Thailand’s prime minister has announced that some restrictions will be lifted in the capital Bangkok to protect against the spread of COVID-19 early next week.
BANGKOK – Thailand’s capital Bangkok will lift some restrictions to prevent the spread of COVID-19 early next week, the country’s prime minister announced on Sunday.
Enterprises allowed to reopen on Monday are museums and historical sites, parks and botanical gardens, beauty parlors, nail salons, massage parlors – but only for foot massage – and tattoo parlors, Prime Minister Prayuth Chan-ocha said on Saturday. said on his Facebook page.
Thailand is battling a third wave of the coronavirus that began in April, and has accounted for more than 80% of the country’s total of 193,105 confirmed cases and 90% of the 1,431 related deaths.
Bangkok officials had earlier sought to reopen such establishments, but were turned down by the Center for the COVID-19 Situation Administration, the national agency coordinating the virus response.
Prayuth said restrictions are being lifted because the virus is spreading at a controllable level and many Bangkok residents have been vaccinated, especially in areas that are being reopened. However, health officials on Saturday announced 3,277 new confirmed COVID-19 cases, the first time the daily figure climbed above 3,000 since June 3, when 3,886 cases were reported.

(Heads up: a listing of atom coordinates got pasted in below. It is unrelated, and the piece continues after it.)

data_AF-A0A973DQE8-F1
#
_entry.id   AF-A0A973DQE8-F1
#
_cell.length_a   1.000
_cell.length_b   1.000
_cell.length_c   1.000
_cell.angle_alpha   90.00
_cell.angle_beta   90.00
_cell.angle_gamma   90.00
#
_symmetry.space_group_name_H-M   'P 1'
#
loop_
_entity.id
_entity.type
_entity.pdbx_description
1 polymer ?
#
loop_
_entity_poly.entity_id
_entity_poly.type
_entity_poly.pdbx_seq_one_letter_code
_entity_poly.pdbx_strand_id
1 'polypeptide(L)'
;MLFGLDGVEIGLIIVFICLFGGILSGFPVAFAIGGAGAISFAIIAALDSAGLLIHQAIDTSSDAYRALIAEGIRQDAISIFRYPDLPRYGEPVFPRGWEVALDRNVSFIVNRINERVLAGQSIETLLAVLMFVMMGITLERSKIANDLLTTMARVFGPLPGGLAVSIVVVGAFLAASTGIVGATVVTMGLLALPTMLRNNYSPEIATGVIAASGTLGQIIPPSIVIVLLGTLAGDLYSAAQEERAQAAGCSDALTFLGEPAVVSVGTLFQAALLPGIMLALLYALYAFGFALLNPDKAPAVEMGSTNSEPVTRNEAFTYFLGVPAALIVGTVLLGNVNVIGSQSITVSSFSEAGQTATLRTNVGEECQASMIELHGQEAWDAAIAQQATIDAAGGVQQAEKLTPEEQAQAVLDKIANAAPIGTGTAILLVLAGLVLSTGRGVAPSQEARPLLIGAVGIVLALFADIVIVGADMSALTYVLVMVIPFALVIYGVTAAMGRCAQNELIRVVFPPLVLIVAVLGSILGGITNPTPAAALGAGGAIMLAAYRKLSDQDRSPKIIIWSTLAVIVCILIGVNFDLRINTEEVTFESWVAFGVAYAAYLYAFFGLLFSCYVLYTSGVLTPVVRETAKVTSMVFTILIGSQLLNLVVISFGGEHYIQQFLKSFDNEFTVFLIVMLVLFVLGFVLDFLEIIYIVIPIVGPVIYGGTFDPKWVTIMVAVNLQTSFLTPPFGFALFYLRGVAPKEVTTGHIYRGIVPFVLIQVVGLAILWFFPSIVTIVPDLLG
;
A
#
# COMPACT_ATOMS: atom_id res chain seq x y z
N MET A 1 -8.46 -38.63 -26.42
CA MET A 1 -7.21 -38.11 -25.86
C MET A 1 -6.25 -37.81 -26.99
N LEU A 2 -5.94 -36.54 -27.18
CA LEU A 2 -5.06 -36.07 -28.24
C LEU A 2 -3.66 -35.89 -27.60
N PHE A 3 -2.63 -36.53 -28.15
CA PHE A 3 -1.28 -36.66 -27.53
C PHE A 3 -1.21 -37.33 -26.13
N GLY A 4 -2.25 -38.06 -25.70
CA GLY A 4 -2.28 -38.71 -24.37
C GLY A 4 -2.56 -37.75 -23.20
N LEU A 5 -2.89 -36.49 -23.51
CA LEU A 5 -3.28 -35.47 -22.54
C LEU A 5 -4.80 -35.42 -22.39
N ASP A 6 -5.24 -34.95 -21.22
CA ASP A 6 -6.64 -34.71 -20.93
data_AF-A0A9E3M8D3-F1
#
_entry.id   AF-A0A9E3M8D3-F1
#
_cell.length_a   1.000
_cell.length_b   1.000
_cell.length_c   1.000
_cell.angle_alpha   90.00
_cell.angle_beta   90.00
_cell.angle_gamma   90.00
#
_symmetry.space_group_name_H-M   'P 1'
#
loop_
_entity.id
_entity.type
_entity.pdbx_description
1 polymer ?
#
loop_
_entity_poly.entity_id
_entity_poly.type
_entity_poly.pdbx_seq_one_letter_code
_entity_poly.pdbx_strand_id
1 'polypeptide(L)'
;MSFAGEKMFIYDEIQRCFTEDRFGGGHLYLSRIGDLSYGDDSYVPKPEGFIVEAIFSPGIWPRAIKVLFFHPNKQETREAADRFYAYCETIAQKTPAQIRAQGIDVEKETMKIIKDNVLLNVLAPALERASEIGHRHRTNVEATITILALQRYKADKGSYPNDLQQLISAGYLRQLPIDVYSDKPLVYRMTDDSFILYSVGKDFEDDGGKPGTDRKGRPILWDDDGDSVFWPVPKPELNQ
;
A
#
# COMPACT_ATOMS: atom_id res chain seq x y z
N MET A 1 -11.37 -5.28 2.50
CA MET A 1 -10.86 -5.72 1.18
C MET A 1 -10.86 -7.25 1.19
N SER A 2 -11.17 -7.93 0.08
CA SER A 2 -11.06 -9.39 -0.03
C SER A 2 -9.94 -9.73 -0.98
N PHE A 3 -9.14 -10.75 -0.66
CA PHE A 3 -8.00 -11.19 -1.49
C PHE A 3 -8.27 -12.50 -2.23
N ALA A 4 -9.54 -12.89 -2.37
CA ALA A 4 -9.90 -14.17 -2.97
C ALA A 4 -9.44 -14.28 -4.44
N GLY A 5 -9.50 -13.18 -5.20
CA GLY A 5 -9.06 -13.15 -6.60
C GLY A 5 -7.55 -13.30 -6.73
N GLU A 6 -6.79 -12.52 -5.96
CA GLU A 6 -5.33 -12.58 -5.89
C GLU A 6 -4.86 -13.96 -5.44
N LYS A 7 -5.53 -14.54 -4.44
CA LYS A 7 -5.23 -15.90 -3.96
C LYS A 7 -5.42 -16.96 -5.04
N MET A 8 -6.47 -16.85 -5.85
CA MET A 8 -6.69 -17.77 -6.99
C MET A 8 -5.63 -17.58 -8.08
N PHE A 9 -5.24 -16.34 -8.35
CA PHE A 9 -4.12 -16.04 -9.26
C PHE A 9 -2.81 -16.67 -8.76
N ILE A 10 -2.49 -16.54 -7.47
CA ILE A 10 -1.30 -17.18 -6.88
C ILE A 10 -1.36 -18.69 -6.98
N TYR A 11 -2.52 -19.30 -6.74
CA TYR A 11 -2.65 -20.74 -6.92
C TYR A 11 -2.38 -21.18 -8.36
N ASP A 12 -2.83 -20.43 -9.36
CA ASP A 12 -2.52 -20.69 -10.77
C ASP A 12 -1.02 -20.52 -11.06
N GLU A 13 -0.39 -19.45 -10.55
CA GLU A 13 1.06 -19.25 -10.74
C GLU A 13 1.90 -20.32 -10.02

Thailand launched a massive vaccination program on June 7, after Prayuth’s government came under heavy criticism for failing to secure timely and adequate vaccine supplies. Nationwide mass vaccination was introduced as local production of the AstraZeneca vaccine began to supplement the supply of Sinovac vaccine imported from China. Prayuth’s government says it is negotiating deals to buy other vaccines, including from Pfizer and Johnson & Johnson.
Prayuth also said in his Facebook post that the Center for the COVID-19 Situation Administration and cabinet would still have to give final approval for the southern resort island of Phuket to allow vaccinated foreigners to travel without leaving them on arrival. to be allowed, which is otherwise set to commence. on 1st July
The plan, which would keep visitors from low-risk countries isolated in one part of the island for 14 days until they can move elsewhere in Thailand, is known as the Phuket sandbox. It is seen as a major step towards reviving the country’s large but battered tourism industry and will serve as a model for other popular tourist destinations.
Before the pandemic, Phuket was the country’s second most popular destination after Bangkok. In 2019, it welcomed nearly 10 million foreign tourists and generated revenue of 470 billion baht ($15 billion).
According to the Phuket Hotel Association, more than 50,000 employees lost their jobs in its hospitality sector last year.